Free is too expensive (Economist)
Posted Apr 5, 2012 14:16 UTC (Thu) by khim
In reply to: Free is too expensive (Economist)
Parent article: Free is too expensive (Economist)
Me too. This will work the day Adobe releases it as a source tarball. Until and unless they choose to do this, it isnt going to happen.
Then it'll never happen period.
No one else can do that for them - they hold the copyright so they have to decide to do it.
If the choice is between releasing the sources and dropping support for Linux then second option wins ten times out of ten. Some companies may decide to release sources (for example id Software usually releases id Tech N as open source when they start selling id Tech N+1), but if that's prerequisite for the decent support then the platform which demands that will never go beyond some FOSS pundits.
There is nothing wrong with developing pure-source systems - this is interesting experiment and you may even find some sympathetic people, but you can kiss your “Year of Desktop Linux” dreams good-bay.
Linux explicitly avoids a stable ABI and that is a very wise move.
You mean stable API nonsense? That's very different. Linux kernel explicitly decided not to support in-kernel API stable. But it's userspace ABI is not stable. It's super-stable. You can run programs written for Linux 0.9 on Linux 3.0 (in general, there are some exceptions)! When someone forgets that for a minute Linus becomes quite vocal: This is *not* about some arbitrary "30-year backwards compatibility". This is about your patch BREAKING EXISTING BINARIES. (emphasis in original). Nuff said.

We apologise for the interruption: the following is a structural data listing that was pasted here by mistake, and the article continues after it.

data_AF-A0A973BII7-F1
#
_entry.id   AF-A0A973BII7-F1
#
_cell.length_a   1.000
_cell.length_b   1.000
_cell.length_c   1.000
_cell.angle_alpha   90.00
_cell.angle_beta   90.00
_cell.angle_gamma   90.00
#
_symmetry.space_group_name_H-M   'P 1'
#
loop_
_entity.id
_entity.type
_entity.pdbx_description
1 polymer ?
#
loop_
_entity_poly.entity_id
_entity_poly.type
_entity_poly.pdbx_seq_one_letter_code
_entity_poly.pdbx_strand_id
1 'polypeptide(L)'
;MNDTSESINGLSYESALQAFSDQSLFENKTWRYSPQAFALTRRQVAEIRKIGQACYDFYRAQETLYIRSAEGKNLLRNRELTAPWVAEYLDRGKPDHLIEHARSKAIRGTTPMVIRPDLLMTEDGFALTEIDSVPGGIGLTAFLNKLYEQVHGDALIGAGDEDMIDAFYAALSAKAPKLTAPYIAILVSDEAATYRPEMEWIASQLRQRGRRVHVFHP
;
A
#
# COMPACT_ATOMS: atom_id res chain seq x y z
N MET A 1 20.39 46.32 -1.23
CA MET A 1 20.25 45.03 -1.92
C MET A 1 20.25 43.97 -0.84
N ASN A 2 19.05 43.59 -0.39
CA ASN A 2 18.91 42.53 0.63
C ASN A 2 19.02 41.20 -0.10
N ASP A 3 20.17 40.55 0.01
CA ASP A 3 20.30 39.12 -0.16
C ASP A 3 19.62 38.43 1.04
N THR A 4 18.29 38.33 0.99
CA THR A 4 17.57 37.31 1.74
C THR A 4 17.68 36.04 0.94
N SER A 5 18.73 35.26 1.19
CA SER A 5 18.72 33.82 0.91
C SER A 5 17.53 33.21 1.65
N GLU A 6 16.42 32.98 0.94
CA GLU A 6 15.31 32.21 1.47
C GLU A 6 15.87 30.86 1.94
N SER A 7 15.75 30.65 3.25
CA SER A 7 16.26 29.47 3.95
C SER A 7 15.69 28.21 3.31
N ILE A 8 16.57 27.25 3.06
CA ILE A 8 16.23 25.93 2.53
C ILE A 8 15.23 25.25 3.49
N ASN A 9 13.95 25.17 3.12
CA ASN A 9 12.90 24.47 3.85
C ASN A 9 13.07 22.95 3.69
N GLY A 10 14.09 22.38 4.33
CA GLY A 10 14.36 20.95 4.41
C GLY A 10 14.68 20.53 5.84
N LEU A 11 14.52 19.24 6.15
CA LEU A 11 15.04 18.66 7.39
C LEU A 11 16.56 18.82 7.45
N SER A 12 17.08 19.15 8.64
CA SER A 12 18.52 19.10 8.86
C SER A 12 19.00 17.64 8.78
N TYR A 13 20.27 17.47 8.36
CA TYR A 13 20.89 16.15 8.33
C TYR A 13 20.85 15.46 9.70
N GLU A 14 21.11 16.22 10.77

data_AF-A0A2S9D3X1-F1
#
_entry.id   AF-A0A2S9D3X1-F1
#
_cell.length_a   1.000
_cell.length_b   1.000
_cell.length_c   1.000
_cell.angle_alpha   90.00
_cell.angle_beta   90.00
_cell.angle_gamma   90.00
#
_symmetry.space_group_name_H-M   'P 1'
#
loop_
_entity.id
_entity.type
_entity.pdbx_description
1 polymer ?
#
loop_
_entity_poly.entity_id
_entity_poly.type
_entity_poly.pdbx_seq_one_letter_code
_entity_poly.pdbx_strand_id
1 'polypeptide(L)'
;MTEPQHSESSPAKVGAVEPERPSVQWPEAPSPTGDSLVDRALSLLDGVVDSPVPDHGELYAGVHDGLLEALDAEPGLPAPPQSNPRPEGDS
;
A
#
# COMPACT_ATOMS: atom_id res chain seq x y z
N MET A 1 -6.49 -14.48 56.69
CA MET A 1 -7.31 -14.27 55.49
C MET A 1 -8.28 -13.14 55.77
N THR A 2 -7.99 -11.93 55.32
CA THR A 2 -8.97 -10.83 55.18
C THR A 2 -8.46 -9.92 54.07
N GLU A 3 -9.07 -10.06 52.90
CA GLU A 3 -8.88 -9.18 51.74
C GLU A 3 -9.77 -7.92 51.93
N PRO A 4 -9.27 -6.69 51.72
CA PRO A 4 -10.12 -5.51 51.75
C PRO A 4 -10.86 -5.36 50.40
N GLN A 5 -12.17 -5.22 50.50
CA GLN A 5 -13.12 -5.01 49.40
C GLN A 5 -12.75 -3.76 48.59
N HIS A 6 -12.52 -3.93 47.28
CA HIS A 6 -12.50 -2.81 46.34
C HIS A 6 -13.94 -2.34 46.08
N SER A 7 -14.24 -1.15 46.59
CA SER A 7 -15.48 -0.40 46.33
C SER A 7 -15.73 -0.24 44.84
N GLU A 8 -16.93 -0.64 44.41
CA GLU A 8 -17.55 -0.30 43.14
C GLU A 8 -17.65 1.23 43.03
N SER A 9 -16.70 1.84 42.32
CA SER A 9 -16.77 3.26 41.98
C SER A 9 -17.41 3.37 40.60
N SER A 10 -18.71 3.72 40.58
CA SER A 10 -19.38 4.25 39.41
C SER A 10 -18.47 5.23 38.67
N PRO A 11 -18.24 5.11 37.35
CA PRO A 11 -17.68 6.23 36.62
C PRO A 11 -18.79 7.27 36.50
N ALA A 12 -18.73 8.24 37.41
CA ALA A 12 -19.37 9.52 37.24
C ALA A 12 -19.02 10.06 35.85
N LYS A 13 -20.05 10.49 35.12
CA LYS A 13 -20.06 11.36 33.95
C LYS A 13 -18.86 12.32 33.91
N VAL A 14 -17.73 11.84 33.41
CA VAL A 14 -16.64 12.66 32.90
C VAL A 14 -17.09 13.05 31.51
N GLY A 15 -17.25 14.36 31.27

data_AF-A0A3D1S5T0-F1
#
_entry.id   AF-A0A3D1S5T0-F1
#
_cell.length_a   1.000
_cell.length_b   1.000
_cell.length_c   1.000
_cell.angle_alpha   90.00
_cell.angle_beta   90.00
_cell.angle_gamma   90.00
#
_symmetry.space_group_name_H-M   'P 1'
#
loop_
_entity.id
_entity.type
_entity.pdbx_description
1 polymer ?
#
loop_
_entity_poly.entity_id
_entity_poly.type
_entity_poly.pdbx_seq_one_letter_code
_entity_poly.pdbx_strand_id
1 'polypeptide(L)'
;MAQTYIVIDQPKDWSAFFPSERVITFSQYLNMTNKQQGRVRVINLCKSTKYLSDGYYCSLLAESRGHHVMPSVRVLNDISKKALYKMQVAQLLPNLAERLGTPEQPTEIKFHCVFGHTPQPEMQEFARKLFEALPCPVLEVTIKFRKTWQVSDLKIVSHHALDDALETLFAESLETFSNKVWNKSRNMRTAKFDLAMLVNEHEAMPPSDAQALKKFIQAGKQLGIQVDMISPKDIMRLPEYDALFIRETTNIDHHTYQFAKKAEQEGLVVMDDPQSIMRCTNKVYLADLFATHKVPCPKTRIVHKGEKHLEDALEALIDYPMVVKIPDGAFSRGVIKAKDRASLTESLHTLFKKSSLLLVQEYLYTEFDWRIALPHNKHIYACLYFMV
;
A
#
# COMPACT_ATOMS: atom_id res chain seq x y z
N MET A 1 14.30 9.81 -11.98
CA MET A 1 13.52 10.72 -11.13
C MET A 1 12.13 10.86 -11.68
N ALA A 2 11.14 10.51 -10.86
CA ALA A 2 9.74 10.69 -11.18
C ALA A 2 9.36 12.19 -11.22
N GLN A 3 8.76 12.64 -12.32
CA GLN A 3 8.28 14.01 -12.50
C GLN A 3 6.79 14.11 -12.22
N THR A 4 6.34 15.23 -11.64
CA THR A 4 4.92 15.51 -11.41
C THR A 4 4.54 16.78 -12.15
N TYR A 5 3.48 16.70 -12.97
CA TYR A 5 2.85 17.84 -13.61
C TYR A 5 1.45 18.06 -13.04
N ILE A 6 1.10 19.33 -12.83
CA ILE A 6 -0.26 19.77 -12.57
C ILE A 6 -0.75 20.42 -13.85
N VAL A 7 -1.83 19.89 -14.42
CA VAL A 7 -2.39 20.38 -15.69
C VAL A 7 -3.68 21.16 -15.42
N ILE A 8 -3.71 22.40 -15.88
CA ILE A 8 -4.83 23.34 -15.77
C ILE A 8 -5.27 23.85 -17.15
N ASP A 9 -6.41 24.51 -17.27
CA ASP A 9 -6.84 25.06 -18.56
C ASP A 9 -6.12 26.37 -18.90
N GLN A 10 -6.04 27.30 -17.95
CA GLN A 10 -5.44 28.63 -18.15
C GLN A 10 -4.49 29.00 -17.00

Unstable in-kernel API created some problems but in general worked good enough because ultimately kernel pieces only interface with each other, userspace and with hardware. Hardware is hard to change once it's released and you can upgrade your kernel without changing too many things in userspace thus "update your Linux to get support for newer hardware" approach works. Recompile the world does not work, can not work and will never work - and kernel people know that down to their very bones. Sadly the desktop guys are still doing the same thing over and over again and expect different results. That's definition of insanity.
It makes things better for free software, and is only an inconvenience for those who try to take our freedom away. The more inconvenient for them, the better!
Depends on your goals, I guess. If your goal is to create super-uber-ultra-free OS which can be shown as great achievement in an emulator - then yes, you are absolutely right. If your goal is not the future exhibit for the Computer Science Museum, but something for real people, then this attitude leads nowhere.
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